Some time ago, back in 2011, I wrote a review on the Daiwa Infeet RF68T rod. That was in the early days of my association with Daiwa, and at the time, I’d been using the rod for around 2-3 months. Those that know me, or have seen me out fishing will know that rod still holds pride of place on the deck of my boat, almost always rigged with an Atomic 38 Deep crankbait.
Plenty of time and plenty of fish have passed over the deck of the boat since then, and I still stand by my initial comments.
Everything about the Infeet rod, is light. Designed specifically for use with Fluorocarbon lines, it is effortless to cast, and when fully loaded, the regular action allows for a full parabolic arc in the blank. When combined with the 9 “micro” guides, this helps to exert even line pressure through the rod, thereby utilising the full action of the blank. The end result? Reduced line friction, with less pulled hooks and line breakage, even with ultra light lines.
Now, as is the custom, Daiwa have taken this fantastic product and made it even better. Enter the new TD Commander Electric Strawberry. I’ve been fortunate to fish with the prototype for a little while, and I’m pretty certain, I may have found a replacement for the Infeet.
My initial impression of the rod was that it is extremely light. Even lighter than the Infeet, which is a function of the AGS guides combined with the HVF blank, and as with the Bayonet Division, the airfoam/cork grip and the reel seat are very comfortable in the hand. Having said this, when I picked it up for the first time, I immediately balked at the action. It felt way too fast for my liking, particularly for use as a finesse crankbait rod to fish straight through fluoro, for which I had assumed it would be ideal.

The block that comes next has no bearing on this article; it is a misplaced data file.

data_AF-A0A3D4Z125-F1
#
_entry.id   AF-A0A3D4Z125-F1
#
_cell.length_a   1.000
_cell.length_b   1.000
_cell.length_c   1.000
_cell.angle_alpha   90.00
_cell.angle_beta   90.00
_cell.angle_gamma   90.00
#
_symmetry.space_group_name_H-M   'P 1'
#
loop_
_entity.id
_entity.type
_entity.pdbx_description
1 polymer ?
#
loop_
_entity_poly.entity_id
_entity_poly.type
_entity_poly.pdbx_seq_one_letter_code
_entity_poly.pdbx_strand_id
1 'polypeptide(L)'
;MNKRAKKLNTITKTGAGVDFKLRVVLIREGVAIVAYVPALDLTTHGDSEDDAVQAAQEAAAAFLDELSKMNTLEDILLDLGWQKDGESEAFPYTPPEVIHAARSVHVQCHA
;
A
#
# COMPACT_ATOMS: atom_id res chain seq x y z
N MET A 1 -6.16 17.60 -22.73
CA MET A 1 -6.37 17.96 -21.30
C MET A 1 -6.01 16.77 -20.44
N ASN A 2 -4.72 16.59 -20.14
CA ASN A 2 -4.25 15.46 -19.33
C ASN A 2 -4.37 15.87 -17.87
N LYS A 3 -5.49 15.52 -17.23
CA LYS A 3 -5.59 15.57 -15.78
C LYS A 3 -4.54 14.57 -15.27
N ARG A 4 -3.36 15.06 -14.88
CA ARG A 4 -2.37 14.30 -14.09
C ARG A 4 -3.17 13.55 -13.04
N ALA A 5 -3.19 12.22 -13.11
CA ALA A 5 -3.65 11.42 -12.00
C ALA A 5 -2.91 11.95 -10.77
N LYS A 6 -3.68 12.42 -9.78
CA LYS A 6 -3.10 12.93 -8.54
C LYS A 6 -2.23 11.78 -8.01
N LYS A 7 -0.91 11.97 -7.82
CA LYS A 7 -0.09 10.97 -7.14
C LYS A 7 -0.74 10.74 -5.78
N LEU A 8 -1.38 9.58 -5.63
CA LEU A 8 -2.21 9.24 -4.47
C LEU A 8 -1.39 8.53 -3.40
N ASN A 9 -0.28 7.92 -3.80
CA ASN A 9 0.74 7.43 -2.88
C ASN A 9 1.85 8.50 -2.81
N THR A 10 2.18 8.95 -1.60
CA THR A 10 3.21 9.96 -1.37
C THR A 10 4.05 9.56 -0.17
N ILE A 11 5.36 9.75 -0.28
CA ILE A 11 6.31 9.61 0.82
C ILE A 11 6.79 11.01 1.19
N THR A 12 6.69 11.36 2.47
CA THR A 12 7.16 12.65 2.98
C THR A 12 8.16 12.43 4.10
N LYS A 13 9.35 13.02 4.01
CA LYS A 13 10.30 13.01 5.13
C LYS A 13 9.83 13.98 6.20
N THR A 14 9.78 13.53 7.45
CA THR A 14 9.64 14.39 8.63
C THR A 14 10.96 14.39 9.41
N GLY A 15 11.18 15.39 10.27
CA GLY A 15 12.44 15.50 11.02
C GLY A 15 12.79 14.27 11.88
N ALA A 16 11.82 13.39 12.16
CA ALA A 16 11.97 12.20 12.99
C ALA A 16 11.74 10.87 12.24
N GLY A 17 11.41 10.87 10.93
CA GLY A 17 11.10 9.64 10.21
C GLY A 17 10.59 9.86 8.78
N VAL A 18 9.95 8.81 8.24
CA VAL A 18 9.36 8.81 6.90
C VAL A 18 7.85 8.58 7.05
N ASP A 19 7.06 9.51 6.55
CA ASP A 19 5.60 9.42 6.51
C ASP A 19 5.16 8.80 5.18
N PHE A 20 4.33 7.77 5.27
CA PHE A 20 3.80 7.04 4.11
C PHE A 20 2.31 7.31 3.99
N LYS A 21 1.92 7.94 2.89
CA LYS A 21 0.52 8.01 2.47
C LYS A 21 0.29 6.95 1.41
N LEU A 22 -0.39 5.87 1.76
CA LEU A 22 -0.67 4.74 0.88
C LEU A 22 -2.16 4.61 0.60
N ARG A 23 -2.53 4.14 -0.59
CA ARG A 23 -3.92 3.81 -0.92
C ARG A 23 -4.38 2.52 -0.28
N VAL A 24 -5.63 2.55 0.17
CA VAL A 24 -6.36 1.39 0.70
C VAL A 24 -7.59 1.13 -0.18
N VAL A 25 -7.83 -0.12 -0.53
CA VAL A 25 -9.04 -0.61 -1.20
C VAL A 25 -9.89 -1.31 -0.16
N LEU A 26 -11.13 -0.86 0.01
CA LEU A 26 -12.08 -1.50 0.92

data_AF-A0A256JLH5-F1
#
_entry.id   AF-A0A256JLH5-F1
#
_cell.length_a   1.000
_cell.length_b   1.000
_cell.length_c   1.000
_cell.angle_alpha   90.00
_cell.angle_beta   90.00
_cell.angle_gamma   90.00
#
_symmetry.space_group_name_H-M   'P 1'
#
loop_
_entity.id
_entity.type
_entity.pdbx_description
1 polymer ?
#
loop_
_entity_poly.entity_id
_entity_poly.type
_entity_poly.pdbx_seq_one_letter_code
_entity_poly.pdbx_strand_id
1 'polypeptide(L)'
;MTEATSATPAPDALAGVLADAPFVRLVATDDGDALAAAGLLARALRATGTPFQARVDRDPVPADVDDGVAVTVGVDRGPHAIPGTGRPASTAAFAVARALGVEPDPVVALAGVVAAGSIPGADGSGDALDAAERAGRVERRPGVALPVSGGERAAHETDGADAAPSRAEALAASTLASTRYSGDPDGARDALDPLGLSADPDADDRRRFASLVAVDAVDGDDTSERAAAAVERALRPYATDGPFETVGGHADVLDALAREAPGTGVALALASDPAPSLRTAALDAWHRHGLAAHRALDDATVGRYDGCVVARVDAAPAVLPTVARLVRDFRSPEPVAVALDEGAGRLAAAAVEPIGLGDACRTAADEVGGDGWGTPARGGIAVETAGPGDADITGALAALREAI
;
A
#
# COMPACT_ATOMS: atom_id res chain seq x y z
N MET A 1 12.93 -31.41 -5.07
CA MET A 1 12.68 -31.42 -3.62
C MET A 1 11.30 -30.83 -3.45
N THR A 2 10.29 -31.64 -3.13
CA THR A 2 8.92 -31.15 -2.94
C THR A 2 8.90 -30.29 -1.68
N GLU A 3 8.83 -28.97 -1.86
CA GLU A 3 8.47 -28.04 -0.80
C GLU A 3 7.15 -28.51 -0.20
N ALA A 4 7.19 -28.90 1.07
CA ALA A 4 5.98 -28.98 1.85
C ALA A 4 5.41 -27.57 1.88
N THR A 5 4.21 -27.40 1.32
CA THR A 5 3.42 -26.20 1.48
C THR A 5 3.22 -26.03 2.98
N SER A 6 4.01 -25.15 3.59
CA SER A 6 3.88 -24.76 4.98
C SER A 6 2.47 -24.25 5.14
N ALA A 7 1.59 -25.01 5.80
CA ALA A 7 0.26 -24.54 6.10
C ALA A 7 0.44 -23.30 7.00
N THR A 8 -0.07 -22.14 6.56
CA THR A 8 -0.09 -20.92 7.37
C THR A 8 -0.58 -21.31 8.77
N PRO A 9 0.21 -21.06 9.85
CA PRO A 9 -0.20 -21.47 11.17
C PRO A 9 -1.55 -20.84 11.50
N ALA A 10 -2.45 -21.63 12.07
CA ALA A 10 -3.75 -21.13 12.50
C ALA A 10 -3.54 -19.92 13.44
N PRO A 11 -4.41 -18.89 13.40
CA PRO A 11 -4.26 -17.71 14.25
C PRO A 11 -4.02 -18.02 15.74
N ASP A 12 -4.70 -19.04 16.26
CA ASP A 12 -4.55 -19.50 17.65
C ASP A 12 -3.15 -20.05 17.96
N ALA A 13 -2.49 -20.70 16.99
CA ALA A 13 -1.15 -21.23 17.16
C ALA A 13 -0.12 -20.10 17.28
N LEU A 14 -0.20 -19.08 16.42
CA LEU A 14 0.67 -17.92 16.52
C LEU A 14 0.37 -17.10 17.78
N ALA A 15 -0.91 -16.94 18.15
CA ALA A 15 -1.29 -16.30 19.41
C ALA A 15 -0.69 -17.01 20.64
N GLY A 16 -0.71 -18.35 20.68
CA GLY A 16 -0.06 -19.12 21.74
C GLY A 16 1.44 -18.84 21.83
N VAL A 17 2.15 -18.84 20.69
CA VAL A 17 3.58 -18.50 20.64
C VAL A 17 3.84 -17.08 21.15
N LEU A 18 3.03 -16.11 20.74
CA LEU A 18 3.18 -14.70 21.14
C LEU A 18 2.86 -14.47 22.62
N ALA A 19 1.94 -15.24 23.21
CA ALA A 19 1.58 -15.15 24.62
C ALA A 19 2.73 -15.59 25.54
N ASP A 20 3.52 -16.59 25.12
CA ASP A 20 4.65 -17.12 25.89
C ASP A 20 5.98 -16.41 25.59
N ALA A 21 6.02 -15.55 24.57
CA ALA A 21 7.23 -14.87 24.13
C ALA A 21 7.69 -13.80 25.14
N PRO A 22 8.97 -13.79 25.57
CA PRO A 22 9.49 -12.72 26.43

Well first impressions can sometimes be deceiving, and those initial perceptions were quite misguided. I loaded both rods up, side by side, and the Electric Strawberry has an almost identical parabolic arch as the Infeet. This got my interest a little more – a rod that is more crisp in the hand (which aides in casting accuracy and sensitivity), yet loads up like my favourite crankbait rod? When I questioned Brad Sissins, Daiwa Australia’s Marketing and Product Development Manager about this, his response was “I took your favourite rod and made it better”!
Well time on the water has proven this to be the case. The combination of AGS guides with all of their associated benefits, and the blank design culminate in the ultimate crankbait rod. The crispness of the blank and it’s recovery during casting are important for casting accuracy, yet the regular rod action when loaded is perfect for fishing light lures on light line ensuring that fish almost hook themselves on the small trebles of the lures, and the blank cushions those trebles from surges and lunges from the fish during the fight.
These rods should be in store in a matter of days, so don’t take my word for it, check them out for yourself.